Taylor&Emmet became one of the first three South Yorkshire firms to offer legal secretarial apprenticeships last year.
The scheme, with BPP Law School in Leeds, has been devised to give school-leavers an alternative route into the profession by studying for a Chartered Institute of Legal Executives certificate for legal secretaries, which is the equivalent to a National Vocational Qualification level three.
T&E’s first intake of three started at the firm in September 2013 on fixed term contracts, which were due to expire in November 2014, but they have now been extended into next year.
One of the apprentices dropped out after nine months but Sophie Clithero and Saskia Bex are relishing the opportunity. Sophie, who is working in the firm’s commercial property department, was 17 and had completed a year of sixth form when she joined T&E’s business legal services team. Saskia was 16 and came straight after her studies at Ecclesfield School.
Both girls work five days a week, under the guidance of mentors who are experienced legal secretaries.
They study for the CILEx qualification at home and are given some time during the working day. Every couple of months, they are visited by an assessor from BPP.
“In the 12 months since they joined T&E, both girls have developed practical skills and are mature, professional additions to the team,” said Sharna Poxon, Taylor&Emmet’s HR manager.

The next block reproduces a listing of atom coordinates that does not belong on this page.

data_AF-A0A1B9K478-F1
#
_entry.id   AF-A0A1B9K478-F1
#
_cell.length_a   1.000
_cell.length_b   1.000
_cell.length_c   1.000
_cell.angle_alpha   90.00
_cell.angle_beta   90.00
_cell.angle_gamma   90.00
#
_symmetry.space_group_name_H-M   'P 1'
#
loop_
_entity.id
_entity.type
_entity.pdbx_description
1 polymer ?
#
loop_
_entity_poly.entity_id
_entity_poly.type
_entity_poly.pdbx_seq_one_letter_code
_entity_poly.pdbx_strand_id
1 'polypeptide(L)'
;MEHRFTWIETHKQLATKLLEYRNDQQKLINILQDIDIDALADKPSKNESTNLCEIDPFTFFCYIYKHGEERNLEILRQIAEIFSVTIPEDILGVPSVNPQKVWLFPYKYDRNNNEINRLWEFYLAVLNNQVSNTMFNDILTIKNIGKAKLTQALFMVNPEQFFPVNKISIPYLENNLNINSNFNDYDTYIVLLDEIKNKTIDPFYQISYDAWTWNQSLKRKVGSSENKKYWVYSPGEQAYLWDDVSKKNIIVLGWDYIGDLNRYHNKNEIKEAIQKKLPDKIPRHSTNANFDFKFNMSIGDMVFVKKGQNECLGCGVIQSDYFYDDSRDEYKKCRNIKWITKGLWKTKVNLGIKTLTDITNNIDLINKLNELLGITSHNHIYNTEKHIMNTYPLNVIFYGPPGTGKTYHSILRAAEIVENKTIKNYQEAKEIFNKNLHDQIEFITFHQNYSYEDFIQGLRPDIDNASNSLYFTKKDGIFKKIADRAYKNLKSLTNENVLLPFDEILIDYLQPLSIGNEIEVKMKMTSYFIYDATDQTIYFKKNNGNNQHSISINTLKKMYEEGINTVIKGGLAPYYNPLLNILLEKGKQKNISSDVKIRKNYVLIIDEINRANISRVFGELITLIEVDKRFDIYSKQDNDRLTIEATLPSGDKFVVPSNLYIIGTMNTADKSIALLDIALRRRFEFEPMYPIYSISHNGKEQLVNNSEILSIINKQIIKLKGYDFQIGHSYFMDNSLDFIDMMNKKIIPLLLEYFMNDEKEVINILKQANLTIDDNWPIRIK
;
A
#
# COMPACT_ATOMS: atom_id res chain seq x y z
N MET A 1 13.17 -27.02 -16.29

“Although they have been common in manufacturing industries for more than 100 years, the concept of legal apprenticeships is very new and Taylor&Emmet is very proud to be one of the first firms in Sheffield to appoint apprentices.
“The job market has transformed dramatically during the last decade and we are seeing a return to the days when school-leavers were articled and began earning a living before embarking on their personal development.
“Our apprentices are being exposed to the real world of work, which is arming them with invaluable skills and knowledge of a professional environment.
“By the time university graduates hit the job market, our apprentices will have five years of work experience, making them far more desirable to businesses looking to recruit.
“We hope our current apprentices remain with us until their tenure ends. Long term, we would like them to develop their skills, and to become permanent members of staff, either as solicitors or part of our support teams, for example pursuing marketing, IT, administration or secretarial roles.”
The firm considers the scheme so successful it hopes to set on more apprentices in autumn 2015.